Loan securitizer DB Structured Products, an arm of Deutsche Bank, agreed to pay $11.5 million to settle the Nevada Attorney General's investigation into DB's packaging and sales of subprime and Alt-A loans.
Nevada Attorney General Catherine Cortez Masto first launched the investigation to determine if the original lenders used tricks to disguise underwriting and loan-quality issues. In its settlement, DB agreed not to securitize loans in the future if it finds that the mortgages violate any part of the Nevada Deceptive Trade Practices Act; it also will not securitize them if the lender is found to have failed to disclose risky terms, such as teaser rates, to borrowers.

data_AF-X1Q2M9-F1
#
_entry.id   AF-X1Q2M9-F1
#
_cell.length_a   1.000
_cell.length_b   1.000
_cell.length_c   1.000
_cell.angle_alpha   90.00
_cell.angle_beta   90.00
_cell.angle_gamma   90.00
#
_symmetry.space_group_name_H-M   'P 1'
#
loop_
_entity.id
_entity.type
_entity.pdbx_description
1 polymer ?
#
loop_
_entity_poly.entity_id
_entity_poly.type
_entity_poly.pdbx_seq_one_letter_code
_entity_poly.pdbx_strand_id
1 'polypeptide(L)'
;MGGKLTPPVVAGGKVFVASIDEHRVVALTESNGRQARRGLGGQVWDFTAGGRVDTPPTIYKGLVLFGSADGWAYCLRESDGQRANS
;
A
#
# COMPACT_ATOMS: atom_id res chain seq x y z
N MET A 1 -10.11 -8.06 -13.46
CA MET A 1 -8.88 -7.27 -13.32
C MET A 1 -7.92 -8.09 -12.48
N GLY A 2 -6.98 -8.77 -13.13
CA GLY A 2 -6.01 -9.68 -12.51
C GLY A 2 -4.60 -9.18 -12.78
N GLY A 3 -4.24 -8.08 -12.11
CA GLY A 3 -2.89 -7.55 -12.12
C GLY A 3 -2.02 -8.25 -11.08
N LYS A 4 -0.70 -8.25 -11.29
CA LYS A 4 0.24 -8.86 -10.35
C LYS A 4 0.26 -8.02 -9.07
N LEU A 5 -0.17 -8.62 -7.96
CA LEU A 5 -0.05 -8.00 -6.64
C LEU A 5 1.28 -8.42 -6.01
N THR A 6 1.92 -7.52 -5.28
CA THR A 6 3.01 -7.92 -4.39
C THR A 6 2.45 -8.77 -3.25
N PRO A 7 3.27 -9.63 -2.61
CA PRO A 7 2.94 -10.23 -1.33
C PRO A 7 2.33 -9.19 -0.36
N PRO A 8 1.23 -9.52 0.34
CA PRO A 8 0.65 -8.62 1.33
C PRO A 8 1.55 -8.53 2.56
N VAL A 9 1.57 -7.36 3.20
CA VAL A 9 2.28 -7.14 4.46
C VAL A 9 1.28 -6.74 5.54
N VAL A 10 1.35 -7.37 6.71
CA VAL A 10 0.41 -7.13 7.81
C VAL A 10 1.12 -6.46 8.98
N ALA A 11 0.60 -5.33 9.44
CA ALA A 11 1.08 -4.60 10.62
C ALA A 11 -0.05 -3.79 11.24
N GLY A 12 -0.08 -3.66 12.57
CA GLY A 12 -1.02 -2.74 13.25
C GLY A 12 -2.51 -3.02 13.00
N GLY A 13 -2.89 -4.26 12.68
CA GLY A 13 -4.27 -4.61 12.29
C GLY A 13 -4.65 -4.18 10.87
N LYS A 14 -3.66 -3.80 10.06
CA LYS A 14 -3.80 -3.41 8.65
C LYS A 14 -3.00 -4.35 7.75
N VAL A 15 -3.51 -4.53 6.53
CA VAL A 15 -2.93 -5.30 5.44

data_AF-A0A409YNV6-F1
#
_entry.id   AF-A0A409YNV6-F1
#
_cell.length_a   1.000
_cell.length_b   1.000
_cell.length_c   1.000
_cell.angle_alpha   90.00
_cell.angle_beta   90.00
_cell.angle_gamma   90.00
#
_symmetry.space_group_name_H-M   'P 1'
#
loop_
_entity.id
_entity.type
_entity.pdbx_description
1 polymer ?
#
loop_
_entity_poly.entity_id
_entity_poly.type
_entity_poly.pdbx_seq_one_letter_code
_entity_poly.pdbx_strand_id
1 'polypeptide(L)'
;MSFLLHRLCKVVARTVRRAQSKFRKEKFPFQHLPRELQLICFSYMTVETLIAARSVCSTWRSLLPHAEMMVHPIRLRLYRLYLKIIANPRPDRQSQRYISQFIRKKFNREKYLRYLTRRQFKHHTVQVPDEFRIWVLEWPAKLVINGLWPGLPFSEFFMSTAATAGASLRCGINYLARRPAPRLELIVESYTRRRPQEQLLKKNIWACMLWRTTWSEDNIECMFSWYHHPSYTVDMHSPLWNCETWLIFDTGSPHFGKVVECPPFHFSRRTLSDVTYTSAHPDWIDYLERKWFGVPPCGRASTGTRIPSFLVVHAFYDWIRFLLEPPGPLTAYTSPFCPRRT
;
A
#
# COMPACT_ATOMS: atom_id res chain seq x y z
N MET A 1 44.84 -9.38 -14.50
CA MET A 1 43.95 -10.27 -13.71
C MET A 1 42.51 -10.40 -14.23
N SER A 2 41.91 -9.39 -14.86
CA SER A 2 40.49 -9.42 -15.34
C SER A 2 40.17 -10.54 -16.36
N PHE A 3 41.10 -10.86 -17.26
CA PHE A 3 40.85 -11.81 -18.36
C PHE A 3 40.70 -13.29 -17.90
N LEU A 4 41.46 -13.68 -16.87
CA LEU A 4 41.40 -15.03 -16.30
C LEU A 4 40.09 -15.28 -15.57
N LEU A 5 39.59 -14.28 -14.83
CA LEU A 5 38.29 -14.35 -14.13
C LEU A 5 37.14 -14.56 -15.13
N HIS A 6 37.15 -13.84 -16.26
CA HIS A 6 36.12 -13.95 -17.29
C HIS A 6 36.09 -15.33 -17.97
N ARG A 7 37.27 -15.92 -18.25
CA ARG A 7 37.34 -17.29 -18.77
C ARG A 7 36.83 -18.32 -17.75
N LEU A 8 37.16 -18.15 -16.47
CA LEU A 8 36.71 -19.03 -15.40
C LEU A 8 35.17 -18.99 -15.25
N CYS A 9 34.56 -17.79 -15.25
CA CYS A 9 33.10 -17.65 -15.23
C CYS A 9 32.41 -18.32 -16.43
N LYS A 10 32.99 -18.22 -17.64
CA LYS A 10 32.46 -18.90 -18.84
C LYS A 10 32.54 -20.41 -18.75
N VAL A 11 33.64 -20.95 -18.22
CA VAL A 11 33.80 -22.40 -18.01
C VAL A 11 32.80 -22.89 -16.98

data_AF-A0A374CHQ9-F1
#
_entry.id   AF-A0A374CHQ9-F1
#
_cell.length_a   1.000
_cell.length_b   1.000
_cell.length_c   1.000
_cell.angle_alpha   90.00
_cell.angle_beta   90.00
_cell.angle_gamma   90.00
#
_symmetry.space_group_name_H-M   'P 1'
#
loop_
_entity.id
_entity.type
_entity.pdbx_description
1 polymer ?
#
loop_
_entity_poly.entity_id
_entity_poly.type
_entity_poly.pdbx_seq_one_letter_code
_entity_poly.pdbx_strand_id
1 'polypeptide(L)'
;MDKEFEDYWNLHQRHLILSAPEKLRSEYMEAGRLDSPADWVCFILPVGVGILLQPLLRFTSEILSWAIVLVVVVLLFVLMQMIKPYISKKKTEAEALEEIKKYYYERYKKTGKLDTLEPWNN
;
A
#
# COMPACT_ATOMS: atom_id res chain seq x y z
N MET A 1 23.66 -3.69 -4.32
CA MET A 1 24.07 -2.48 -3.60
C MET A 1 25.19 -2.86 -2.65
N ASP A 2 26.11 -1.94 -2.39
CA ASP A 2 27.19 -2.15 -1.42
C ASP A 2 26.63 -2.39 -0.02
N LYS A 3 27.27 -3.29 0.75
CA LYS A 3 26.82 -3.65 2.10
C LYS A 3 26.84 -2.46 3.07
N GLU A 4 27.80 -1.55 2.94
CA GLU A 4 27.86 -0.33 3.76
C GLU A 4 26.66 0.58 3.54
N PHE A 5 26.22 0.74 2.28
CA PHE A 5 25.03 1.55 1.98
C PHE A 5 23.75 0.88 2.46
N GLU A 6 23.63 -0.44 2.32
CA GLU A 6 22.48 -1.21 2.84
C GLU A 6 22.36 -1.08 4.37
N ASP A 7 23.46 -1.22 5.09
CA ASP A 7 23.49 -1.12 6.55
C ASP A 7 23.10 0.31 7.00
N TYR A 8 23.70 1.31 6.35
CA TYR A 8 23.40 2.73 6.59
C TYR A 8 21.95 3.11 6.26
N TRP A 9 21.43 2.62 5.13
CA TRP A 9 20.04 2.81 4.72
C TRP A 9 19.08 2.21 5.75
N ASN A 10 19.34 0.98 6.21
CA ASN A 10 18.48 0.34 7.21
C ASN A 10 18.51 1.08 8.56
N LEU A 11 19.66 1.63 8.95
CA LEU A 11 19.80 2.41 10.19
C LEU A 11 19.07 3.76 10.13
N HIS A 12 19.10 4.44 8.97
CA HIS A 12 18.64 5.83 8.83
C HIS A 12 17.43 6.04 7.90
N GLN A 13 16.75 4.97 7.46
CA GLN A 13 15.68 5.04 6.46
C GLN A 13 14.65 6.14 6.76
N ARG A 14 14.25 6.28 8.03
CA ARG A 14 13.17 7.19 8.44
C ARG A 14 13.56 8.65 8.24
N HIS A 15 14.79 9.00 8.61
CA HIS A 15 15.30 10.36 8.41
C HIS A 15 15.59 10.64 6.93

Masto launched the investigation two years ago, regarding loans that date back as far as 2004-2007. The money paid in the settlement will go to harmed borrowers and to mortgage-fraud enforcement activities. This case is one of many that involve companies heavily invested in the mass securitization of mortgages before the housing meltdown, and it is not likely to be the last. "The legacy mortgage origination and servicing litigation cases could go on for at least a few years more before further clarity has been reached," said Ron D’Vari, CEO and co-founder of NewOak Capital.